May 10, 2004
SWEEP HOME ALABAMA...
Ok- it's Sweet Home Alabama...but the word sweep works just fine for me. We had gone through seven conference series without a sweep until the three big wins in a crucial series at Troy State this past weekend. It has been a very frustrating conference season thus far. It seems that we have managed to lose a game whenever we felt we were in good shape. Maybe that's the key. Just maybe we need to feel as if our backs are to the wall in order to come up with a big weekend. Whatever the reason, we responded big time in Alabama this weekend.
The Atlantic Sun Conference has turned into a dogfight for second through sixth place. UCF is running away with first place just as we did a year ago. Stetson is second at 18-9, with us chasing them for second at 15-9. They would hold the tiebreaker thanks to that extra inning debacle in Deland. Troy was right behind us with 10 losses entering the weekend, so the pressure was on us. Add to that the hangover from the series sweep at Winthrop, and the Blue Wave was at ebb tide as we arrived in Troy.
I didn't sense that we were tight or worried about scoring runs, but I felt that way. A coach sometimes has to work hard not to show his true feelings. I was working so hard to mask my doubts, I missed the tension among the players.
Friday night we jumped out to an early 2-0 lead, only to see the Trojans grab a 4-2 advantage in the fifth. The way we have been scoring runs lately, we faced a worst deficit than George W.
In the top of the sixth, we loaded the bases with one out on three singles. Alex Fonseca worked an 0-2 count full, fouled off a pitch and then ripped a double to right driving in Brannon and Horst - tie game. Mascia led off third and Fons off second as Rob Orton stepped in the box. Bam - single past third scoring Gerber and Fons, 6-4 good guys. Four runs on six hits, who'd have thunk it?
All the pent up frustration of the past weekend spilled out of our dugout. To the Troy fans, it must have seemed like we won the World Series. I realized then that I wasn't the only one worried that we had forgotten the art of the big inning. There were twenty five guys on that same page.
Randy Beam smelled the win and things looked good for us. Then in the eighth, Troy loaded the bases with two outs. As much as I wanted to stick with the veteran, it was time to go get Beam.
Our new closer is Alan Knight. He hasn't ever been in this situation before. Bases juiced, the game, the weekend, and maybe the post season on the line. The Knight Rider was up to the challenge as he blew strike three past the Troy hitter.
We blew a squeeze sign in the top of the ninth and missed a chance to make it a three run lead. That just made things more interesting.
Alan Knight is used to pitching the eighth with a lead. He used to be the set up man. But now he is the man for the ninth to seal the win.
The Troy leadoff hitter Godwin singled and went to second on a passed ball. After a groundout , Casey O'Quinn drilled a single to center to make it a 6-5 lead. The next batter fouled out. Now all we had to do was retire the biggest lefthanded hitter in five states. Wade Miller is a great hitter who holds the Troy record for career home runs. The wind was blowing hard out to rightfield as Alan Knight stared in for the sign from Orton. I really didn't want to watch this. Our former hitting coach Jim Lyttle used to cover his face with his hat and look through the airholes. It's not as scary that way. I tried it. Miller hit a chopper to Fonseca at short. Game over. I put on my hat and headed for the hotel.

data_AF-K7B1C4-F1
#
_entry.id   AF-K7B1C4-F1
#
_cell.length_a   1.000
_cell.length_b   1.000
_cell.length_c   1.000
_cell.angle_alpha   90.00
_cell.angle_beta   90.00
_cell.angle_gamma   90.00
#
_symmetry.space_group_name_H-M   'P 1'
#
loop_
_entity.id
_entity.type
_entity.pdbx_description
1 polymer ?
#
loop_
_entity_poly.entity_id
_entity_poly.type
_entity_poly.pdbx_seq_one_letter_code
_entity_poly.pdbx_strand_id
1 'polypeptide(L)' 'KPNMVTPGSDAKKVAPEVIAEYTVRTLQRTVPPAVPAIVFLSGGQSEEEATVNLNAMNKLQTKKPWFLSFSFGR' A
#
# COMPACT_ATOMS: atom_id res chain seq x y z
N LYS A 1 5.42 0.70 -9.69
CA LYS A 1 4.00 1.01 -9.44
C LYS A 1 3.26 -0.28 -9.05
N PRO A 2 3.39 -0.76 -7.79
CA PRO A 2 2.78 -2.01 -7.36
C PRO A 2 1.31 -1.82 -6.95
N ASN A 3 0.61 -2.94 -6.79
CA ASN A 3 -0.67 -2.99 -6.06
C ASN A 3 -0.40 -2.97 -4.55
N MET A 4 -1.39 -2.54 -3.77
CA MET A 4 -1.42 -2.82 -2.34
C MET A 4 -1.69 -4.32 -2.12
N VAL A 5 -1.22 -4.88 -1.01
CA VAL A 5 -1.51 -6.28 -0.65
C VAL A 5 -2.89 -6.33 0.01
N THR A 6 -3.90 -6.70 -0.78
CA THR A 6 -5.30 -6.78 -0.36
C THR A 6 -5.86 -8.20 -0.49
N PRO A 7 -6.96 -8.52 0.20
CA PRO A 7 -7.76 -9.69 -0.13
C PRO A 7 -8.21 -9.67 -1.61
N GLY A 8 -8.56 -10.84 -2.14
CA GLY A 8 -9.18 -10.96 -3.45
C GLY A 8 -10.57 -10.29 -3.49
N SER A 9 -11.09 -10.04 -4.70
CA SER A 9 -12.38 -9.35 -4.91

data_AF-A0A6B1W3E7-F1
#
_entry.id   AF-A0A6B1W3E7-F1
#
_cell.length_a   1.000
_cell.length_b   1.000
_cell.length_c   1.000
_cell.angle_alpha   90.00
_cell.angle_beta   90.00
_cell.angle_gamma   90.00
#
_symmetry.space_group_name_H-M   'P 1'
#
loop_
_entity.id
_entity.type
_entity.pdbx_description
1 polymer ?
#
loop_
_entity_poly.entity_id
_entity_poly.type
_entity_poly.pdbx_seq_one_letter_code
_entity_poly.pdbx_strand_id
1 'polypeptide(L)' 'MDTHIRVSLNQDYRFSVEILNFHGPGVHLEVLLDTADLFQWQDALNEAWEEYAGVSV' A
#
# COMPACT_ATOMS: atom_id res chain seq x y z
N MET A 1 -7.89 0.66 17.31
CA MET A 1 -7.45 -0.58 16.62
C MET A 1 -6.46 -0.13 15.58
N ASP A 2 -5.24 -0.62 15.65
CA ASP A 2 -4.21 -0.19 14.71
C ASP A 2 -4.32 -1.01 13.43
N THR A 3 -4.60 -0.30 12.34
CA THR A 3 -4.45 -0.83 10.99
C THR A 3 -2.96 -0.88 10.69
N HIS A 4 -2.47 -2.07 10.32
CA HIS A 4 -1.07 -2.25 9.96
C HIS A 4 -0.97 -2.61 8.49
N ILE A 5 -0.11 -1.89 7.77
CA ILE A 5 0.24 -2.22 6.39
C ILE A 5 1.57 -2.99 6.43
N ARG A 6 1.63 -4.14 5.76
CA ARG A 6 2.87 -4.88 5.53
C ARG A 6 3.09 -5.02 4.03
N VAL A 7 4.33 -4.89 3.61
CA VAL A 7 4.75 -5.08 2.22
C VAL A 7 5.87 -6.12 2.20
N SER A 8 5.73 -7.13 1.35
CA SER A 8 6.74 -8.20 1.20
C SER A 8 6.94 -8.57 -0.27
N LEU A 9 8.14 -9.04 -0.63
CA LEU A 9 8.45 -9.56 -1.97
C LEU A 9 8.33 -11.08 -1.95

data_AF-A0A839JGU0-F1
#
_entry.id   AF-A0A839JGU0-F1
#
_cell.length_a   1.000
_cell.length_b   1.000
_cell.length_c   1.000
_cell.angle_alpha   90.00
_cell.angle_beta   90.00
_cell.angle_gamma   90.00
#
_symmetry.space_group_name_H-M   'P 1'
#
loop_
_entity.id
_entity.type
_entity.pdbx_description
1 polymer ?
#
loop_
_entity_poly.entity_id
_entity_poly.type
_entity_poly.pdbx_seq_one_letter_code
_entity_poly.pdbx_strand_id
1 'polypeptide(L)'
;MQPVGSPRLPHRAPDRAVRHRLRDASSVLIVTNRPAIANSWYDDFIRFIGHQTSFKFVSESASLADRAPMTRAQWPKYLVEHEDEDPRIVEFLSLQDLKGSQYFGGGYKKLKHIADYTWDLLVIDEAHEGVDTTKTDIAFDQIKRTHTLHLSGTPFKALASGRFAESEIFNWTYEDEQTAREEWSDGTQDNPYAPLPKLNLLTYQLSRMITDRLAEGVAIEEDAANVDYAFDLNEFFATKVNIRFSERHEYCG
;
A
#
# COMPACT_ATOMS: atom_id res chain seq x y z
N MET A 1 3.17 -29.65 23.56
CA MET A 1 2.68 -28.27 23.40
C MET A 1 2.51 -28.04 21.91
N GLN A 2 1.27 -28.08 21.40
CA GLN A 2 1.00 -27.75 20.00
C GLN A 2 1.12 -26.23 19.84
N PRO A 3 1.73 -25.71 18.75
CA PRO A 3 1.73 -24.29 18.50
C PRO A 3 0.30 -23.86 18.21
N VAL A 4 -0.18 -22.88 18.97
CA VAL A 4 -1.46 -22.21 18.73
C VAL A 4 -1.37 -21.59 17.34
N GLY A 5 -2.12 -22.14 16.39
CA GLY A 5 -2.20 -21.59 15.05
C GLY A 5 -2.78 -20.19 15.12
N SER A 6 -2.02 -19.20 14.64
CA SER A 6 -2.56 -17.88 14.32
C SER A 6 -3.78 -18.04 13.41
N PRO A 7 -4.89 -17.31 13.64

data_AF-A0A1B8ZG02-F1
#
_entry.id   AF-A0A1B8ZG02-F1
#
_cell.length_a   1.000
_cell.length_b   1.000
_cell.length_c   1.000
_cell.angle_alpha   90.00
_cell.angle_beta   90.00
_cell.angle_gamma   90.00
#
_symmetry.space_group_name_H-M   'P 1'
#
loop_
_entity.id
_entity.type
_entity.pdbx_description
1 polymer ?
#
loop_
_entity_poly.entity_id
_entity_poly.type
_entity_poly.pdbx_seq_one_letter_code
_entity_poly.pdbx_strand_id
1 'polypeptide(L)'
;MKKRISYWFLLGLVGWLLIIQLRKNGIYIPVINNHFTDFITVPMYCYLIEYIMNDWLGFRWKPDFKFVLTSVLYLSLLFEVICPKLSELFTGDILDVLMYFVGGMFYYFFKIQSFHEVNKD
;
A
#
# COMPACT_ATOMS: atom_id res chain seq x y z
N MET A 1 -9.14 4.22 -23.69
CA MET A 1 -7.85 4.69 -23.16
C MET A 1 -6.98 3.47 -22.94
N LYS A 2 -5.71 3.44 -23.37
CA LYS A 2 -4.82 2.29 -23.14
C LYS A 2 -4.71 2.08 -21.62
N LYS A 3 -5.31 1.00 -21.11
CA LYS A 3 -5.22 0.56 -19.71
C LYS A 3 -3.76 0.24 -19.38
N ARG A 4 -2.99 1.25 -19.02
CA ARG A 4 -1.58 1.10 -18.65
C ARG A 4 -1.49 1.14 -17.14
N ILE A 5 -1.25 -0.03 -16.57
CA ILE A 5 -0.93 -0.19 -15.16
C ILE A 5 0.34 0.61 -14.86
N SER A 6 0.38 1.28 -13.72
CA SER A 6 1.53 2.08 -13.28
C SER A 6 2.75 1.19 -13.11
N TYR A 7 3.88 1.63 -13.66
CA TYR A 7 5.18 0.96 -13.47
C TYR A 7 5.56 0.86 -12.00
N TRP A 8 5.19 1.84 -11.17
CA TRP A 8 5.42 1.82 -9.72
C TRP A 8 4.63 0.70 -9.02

The worry for us in the series was the role of Troy closer Nat Moore. He was 7-0 and second in the nation with a 0.73 ERA. We knew Troy hoped to start him one game. I figured Bobby Pierce planned to relieve him in Game 1 and start him in Game 2. That's what I would do.
So the key to the first game was to score early and often, then hope for the best.
Naturally we fell behind 3-0 in the first inning. But last night's hero Alex Fonseca, delivered a three run bomb and we were tied at three. Troy managed to go back on top in the third and we again trailed.
Derek Hutton drew a leadoff walk in the fifth and appeared to be dead at second on a failed hit and run, when he used a tricky fade away pop up slide to evade the second baseman's tag. After a groundout moved Hutton to third, Coach Pearce went to the mound and summoned Moore. Against a drawn in infield, Jeff Fiorentio hit a tough goundball to the right of the firstbaseman who threw too late to the plate as Hutton slid in safely with the tying run.
While Moore was coming in from the pen, I told Rob Horst that he wasn't going to face him. Everything we heard about Moore said how tough he was on right handed hitters. Lefties seemed to have some success, although at 7-0 and 0.73, it wasn't much. I had freshman Jordan Hafer ready to pinch hit. As Hutton scored, I pointed at Horst and he put his head down and walked back to the bench. No..."You're going to hit him" I told Rob. He smiled and headed toward home plate. Hey...I'm entitled to change my mind, right?
Rob Horst has been great all year at second chances. He did it for us again. The dugout really exploded as Rob put us ahead on a two run bomb. I told Hafer he could sit down, we had gotten Horst mad, our job was done. That's our story and we're sticking to it.
Each team scored again and Knight was back on the hill with a two run lead. After a walk, an error, and a wild pitch, Alan got his second save in 17 hours as we held on to win 7-5. The good news was that Moore threw 41 pitches and couldn't start game three.
We grabbed a 6-1 lead in the second inning of the nightcap and never looked back!
Oh yeah- Jordan Hafer finally got to pinch hit. He launched a two run missile over the center field fence.
FAU 11 - TSU 1, time to head for the Outback! KC